This is perhaps the more well-known, or at least most characteristic criterion of BPD. At least, it is where most of the stigma comes from: the manipulation of others, which is often paired with habitual lying. Beyond that, Bella has an extremely warped view of the people in her life (Mike is “vile”, Charlie is “unfair” and “smothering”, the glorification of Edward; and, in this chapter, Bella’s twisted view of Jacob becomes even more absurd).

The rest of the chapter pretty much plays out like an example of this criterion.

It is Valentine’s Day, but Bella didn’t notice until Jacob gave her a little thing of candies and asked her to be his Valentine. Bella panics a little, wondering how to not lead him on while still leading him on. So she invites him to go to the movies with her. Makes sense to me.

The next day in school, Bella invites Mike to the movies with her as well. Thinking he’s finally getting to go on that date, Mike is overjoyed… until Bella invites everyone else she knows. Mike is clearly bothered by this, but agrees anyway for a chance to hang out with Bella. Just in case this all wasn’t insulting enough, Bella tells Mike they are going to need him for his minivan.

In the end, everyone either says they can’t go because they hate Bella, or because they are sick with the stomach flu. So it’s just the three of them: Jacob, Mike and Bella. The two boys fight for Bella’s attention, and Bella denies them both, while observing their actions in an almost evilly amused way.

It wouldn’t bother me so much if Bella wasn’t so completely aware of how she is manipulating these boys. I’m starting to wonder if Smeyer is just evil at this point.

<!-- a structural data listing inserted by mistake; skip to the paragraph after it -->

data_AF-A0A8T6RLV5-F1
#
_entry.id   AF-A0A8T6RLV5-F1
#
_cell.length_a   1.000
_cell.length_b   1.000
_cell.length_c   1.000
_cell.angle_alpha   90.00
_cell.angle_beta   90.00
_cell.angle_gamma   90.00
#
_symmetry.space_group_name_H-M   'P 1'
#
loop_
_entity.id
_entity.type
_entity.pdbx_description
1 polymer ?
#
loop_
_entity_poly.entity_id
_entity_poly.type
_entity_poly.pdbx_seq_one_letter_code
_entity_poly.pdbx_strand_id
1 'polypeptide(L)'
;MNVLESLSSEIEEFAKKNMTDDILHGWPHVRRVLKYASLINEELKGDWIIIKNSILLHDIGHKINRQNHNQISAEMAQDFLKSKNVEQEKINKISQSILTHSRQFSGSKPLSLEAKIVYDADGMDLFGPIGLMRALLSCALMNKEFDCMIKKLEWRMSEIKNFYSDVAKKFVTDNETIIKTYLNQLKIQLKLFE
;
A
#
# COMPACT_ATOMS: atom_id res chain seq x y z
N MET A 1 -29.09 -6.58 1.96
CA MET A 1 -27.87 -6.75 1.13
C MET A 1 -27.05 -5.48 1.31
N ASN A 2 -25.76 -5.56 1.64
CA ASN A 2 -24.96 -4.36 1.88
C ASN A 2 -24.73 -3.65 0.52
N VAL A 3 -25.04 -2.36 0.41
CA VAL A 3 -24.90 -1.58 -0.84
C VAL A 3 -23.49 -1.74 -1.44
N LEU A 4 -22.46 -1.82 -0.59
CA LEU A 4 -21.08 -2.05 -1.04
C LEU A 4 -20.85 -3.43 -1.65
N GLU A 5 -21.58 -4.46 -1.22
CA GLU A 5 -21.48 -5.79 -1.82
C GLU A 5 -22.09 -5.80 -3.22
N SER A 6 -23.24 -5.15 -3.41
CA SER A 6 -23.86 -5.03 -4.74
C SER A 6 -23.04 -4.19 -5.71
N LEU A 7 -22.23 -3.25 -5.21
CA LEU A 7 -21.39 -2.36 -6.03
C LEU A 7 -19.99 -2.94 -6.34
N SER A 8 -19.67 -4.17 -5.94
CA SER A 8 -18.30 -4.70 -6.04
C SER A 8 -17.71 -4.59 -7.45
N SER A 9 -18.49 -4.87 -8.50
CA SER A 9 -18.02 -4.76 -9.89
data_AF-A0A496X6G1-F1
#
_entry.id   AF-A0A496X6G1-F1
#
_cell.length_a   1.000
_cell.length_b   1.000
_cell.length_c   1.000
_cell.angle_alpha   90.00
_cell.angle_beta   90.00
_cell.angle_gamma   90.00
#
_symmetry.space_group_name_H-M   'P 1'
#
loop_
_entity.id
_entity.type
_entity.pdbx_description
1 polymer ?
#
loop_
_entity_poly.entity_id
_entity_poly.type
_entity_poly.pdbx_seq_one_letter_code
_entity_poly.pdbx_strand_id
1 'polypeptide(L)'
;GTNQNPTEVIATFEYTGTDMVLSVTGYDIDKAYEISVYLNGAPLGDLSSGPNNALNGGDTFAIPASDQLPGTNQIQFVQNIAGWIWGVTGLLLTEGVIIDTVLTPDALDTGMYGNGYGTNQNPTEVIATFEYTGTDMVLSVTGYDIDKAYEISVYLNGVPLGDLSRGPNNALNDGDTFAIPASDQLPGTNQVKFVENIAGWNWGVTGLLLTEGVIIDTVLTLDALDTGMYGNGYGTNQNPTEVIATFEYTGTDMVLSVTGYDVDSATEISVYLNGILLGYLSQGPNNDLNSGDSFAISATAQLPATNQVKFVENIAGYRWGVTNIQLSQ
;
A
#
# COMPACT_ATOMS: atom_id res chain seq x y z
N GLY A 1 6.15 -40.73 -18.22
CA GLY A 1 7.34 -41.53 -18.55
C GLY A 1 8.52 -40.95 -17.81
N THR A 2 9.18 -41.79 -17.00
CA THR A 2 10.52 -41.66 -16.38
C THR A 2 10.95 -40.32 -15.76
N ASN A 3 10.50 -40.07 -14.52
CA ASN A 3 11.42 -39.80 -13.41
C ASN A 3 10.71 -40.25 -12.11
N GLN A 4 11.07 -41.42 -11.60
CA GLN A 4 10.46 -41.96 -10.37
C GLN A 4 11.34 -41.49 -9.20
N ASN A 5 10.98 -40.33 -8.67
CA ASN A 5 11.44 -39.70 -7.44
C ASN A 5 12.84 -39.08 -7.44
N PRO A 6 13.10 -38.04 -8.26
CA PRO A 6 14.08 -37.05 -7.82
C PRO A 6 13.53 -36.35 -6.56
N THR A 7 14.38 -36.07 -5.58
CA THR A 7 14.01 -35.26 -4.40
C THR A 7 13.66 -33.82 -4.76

Yet I knew I wouldn’t send him [Jacob] away, regardless. I needed him too much, and I was selfish. Maybe I could make my side more clear, so that he would know to leave me. (pg.217)

and just two pages later

But I needed Jacob now, needed him like a drug. I’d used him as a crutch for too long, and I was deeper than I’d planned to go with anyone again. Now I couldn’t bear for him to be hurt, and I couldn’t keep from hurting him, either. (pg.219)

Let’s see… you could keep from hurting him by not being a MANIPULATIVE EVIL BITCHFACE. Or, in case you are actually ill and can’t help it, if you would just listen to your concerned father and GET SOME PSYCHIATRIC HELP ALREADY.

Instead of just going to the movies with Jacob and enjoying his wonderful company, instead of just admitting that Edward was a jerk and he is long gone, instead of accepting her feelings for Jacob and returning the feelings he has for her… instead of acting like a sane human being, Bella also invites Mike, who she knows still has a crush on her along with the entire cafeteria crowd, who Bella doesn’t even like.

Why? Because she doesn’t want to admit she likes Jacob, so she uses Mike’s feelings for her to her own advantage. And she strings Jacob along anyway, to boost her self-esteem or something to see him pining for her.

And Smeyer doesn’t write as if this is wrong. She writes as if this is totally fine. The self-awareness of it all is so fucking spooky and depressing.